The convenience to the parties weighs in favor of transfer. Suhner Turbo's headquarters are in Rome, Georgia. The persons most knowledgeable about the operation, marketing, design, development, testing, manufacturing, and sales of the Turbo Trim Knives reside in or near Rome, Georgia or outside the United States. Transfer to the Northern District of Georgia would be more convenient for these individuals. The Defendants also claim that the Northern District of Georgia would be more convenient for its foreign employees, who would be able to work from Suhner Turbo's headquarters should they have to come to the United States in connection with this case. On the other hand, Bettcher's headquarters is in Birmingham, Ohio. Its witnesses would have to travel either to this District or to the Northern District of Georgia for trial. Although this District is roughly three hundred miles closer to Bettcher's headquarters than the Northern District of Georgia, Bettcher's witnesses would have to travel more than three hundred miles to either district for trial. That said, it would be more convenient for Bettcher's witnesses to travel to Atlanta, Georgia than it would be to travel to Rome, Georgia. The Atlanta Division of the Northern District of Georgia is considerably closer to a major airport than the Rome Division.
The convenience to other witnesses, however, is neutral. When determining whether a particular venue is more convenient for the witnesses, a court must consider the number of witnesses in each forum; the nature, quality, and importance of the witnesses' testimony with respect to the issues of the case; the expense of transportation and the length of time the witnesses will be absent from their jobs; and whether the witnesses can be compelled to testify. See MPH Technologies, 2010 WL 2836734 at *2. The convenience of non-party witnesses is substantially more important than the convenience of party witnesses because the latter are within the party's control. Id. Potential non-party witnesses identified by the parties include four customers who purchased Turbo Trim Knives; one resides in Illinois and three in Georgia. (Luthi Dep. at 97-100.) Bettcher also identified its customer in Monmouth, Illinois, as a potential witness. Significantly, neither party has identified a non-party witness who is unable or unwilling to travel to either district for trial. Nor has any party explained how or why any non-party witness's testimony is essential to their case. Consequently, there are no grounds in the record before this Court that warrant a finding as to whether a particular forum is more convenient for non-party witnesses. Based on what the parties have presented, this factor neither favors nor weighs against transfer.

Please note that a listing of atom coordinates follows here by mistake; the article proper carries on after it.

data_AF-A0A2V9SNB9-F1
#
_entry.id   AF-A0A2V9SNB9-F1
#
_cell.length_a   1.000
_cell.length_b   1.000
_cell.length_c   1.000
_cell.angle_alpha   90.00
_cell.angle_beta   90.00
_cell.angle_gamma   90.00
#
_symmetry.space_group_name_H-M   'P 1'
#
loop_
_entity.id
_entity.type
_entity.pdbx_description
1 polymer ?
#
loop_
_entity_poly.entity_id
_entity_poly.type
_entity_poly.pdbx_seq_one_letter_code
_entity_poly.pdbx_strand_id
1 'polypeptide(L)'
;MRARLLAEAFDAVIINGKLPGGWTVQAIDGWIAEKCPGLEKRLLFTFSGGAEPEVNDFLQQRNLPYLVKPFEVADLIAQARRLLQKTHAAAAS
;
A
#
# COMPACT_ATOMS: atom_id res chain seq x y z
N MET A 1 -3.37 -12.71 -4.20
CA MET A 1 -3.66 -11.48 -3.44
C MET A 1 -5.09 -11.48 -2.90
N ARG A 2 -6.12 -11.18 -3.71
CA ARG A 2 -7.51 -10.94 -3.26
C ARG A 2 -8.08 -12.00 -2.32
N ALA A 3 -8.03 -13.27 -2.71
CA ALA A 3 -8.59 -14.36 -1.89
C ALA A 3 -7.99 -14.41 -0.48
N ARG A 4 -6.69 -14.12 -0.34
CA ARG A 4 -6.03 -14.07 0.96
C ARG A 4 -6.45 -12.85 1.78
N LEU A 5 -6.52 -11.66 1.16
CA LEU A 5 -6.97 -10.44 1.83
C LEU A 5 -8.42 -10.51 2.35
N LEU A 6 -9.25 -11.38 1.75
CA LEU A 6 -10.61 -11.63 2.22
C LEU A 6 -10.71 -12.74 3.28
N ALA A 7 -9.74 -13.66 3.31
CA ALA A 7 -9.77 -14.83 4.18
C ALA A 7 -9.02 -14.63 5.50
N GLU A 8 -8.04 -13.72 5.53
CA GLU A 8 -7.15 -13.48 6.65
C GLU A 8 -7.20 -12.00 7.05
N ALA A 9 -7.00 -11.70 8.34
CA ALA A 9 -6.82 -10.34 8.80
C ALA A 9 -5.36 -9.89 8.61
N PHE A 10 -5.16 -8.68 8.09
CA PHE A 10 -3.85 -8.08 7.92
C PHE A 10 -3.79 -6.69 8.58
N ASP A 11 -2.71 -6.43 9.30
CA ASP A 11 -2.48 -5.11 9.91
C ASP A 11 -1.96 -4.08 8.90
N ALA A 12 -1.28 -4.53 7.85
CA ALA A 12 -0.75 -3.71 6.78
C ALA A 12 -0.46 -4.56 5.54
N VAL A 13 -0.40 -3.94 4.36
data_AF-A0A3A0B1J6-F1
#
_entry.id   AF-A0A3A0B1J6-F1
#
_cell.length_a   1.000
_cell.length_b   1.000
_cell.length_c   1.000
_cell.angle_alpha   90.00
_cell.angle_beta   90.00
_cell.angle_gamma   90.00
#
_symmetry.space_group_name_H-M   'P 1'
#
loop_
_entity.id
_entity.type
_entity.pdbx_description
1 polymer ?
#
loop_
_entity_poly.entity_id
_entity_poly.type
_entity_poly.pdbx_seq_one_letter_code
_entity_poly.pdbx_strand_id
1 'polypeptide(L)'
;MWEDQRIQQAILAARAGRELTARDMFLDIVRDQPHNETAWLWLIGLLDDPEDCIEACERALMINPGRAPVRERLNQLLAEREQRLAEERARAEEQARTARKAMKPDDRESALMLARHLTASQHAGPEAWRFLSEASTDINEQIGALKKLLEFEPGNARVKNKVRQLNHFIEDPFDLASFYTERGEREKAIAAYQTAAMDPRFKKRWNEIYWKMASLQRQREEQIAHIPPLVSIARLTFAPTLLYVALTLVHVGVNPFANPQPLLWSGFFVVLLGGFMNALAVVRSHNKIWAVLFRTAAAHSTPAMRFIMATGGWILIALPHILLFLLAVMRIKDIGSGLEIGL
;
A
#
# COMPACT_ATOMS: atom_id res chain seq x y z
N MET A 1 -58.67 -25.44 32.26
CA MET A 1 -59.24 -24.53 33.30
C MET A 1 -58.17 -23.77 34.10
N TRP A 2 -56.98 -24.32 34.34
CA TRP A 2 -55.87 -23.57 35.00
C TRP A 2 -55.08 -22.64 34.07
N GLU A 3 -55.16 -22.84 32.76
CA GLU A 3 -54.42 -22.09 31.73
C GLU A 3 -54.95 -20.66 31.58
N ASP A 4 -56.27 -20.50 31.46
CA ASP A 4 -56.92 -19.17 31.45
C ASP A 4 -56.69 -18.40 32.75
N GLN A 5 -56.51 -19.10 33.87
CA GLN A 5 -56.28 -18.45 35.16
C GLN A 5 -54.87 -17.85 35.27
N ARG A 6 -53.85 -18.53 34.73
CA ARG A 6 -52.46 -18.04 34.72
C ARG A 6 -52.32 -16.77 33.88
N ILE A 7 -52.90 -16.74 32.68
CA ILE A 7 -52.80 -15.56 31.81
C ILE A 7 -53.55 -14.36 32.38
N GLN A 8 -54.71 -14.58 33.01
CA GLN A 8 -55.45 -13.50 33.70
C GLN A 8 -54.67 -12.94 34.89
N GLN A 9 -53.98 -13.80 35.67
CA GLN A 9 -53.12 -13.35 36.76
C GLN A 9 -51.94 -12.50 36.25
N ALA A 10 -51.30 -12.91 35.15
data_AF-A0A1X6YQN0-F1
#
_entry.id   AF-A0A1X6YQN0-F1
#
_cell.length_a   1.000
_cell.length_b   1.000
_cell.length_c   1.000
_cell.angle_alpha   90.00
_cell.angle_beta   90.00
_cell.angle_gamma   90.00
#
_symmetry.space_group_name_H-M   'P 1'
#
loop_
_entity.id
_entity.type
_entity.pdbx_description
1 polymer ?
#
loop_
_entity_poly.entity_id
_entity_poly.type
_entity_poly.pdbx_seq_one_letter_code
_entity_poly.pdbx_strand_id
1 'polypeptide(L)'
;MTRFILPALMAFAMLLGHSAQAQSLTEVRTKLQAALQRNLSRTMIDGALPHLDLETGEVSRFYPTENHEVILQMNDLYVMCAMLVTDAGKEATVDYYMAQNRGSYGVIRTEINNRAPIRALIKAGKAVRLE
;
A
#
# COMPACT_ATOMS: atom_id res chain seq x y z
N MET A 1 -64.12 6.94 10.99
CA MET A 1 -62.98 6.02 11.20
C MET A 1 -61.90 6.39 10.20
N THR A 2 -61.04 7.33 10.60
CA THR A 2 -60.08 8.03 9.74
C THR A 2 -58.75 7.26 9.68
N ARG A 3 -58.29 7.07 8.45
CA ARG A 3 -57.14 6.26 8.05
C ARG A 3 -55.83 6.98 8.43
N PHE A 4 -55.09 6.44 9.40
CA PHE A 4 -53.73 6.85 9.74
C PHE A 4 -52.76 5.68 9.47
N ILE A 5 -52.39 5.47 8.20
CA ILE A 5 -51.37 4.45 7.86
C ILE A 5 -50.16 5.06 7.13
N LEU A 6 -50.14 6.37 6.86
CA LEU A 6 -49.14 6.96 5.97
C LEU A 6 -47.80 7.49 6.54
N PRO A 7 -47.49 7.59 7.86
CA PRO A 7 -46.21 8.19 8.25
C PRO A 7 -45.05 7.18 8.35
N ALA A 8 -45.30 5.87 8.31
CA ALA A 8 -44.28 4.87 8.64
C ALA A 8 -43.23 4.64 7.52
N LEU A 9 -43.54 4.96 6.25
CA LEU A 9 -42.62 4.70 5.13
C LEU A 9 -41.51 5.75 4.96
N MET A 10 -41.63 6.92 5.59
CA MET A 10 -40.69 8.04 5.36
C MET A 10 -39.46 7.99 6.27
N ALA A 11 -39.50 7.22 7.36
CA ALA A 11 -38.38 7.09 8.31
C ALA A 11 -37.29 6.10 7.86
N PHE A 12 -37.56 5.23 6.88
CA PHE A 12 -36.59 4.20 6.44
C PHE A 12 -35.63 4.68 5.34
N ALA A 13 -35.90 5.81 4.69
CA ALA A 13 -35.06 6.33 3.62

On balance, the convenience to the parties outweighs Bettcher's choice of a forum. This is not Bettcher's home forum and, with less than one percent of the sales of the accused product having occurred here, there is little reason to force the Defendants to travel to this District when it is more convenient for them to litigate this case in the Northern District of Georgia where two of the Defendants have significant operations. Further, transfer would not impose a significant burden on the Bettcher, as major airports serve both districts and the difference in travel between the two districts is less than two hours by airplane. Therefore, this Court finds that transfer to the Northern District of Georgia serves the convenience of the parties and the witnesses.
C. The Defendants have shown the interests of justice favor transfer. Generally, the interests of justice inquiry under § 1404(a) in federal question cases concerns the efficient function of the courts. See Coffey, 796 F.2d at 221. Factors relevant to the efficient administration of the court system include a court's familiarity with the applicable law, the speed at which the case may proceed to trial, and the desirability of resolving a controversy in a given locale. De Falco, 2013 WL 1122825 at *10. Here, this is a patent infringement case that judges in either district are well-equipped to handle. According to recent Federal Court Management Statistics, the median time to trial in this District is approximately ten months longer than in the Northern District of Georgia. Available at
http://www.uscourts.gov/Statistics/FederalCourtManagementStatistics.aspx (last visited June 27, 2014). Although these statistics are not limited to patent cases in these districts, they suggest that the parties will make it to trial sooner in the Northern District of Georgia. This favors transfer to the Northern District of Georgia. The Defendants' presence in the Northern District of Georgia also favors transfer, given the desirability of resolving a controversy in a location with ties to the claims. The only district in which either the parties or the claims have any significant relationship with the community is the Northern District of Georgia, where two of the three defendants have their principal places of business and where most of those Defendants' employees live and work. Therefore, this Court finds that the interests of justice favor transfer to the Northern District of Georgia.
For the foregoing reasons, this Court grants the Defendants' motion, in part, and transfers this case to the Northern District of Georgia, Atlanta Division.